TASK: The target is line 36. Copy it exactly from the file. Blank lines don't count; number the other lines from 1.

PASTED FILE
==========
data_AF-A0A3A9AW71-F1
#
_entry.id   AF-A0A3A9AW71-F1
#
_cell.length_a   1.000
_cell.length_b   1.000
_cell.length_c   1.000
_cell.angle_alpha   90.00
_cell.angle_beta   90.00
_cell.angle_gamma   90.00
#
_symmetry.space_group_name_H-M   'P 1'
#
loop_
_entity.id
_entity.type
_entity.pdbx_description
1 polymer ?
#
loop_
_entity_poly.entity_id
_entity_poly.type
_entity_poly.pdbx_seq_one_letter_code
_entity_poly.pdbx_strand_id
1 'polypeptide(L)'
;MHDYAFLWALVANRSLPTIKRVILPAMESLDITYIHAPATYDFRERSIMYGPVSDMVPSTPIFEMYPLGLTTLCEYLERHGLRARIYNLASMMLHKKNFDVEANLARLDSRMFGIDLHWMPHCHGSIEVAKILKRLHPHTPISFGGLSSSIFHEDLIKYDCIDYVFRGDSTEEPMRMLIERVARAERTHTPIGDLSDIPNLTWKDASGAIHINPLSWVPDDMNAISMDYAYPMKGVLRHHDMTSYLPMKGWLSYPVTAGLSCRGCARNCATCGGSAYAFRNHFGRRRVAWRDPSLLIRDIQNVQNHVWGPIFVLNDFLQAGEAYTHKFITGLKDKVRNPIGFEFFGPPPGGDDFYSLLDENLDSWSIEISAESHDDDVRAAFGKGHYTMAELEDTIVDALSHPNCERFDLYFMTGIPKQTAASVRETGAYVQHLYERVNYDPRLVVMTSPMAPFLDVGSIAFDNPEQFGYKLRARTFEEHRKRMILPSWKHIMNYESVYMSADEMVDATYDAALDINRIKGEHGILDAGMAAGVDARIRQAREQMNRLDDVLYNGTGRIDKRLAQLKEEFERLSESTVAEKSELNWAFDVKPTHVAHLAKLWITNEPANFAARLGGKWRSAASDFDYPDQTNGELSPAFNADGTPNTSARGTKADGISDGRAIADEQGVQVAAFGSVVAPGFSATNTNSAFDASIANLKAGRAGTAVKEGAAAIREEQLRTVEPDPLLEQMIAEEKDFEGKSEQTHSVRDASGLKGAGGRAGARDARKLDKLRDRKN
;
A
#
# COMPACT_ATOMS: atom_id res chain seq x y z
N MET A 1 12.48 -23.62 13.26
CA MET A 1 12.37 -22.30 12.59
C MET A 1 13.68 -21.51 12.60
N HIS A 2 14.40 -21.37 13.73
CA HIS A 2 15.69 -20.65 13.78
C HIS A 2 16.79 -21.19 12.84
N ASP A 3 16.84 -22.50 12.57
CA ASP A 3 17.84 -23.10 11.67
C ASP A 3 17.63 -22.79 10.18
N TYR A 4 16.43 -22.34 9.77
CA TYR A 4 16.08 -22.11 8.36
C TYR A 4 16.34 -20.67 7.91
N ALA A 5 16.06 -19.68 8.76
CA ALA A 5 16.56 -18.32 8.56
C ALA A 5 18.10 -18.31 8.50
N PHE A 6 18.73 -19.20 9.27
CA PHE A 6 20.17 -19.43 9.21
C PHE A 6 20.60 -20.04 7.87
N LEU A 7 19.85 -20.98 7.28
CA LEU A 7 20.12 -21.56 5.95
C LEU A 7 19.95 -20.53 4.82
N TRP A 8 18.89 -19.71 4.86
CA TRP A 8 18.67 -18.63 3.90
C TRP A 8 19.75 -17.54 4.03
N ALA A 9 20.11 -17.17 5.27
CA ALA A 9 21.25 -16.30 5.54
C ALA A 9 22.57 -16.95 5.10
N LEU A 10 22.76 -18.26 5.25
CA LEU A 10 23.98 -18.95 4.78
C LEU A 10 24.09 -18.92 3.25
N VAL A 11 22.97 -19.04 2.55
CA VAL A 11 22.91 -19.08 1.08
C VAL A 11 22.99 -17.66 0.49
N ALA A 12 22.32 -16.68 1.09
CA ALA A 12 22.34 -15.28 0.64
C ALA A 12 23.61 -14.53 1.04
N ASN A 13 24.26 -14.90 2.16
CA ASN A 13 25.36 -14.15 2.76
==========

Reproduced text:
C HIS A 2 16.79 -21.19 12.84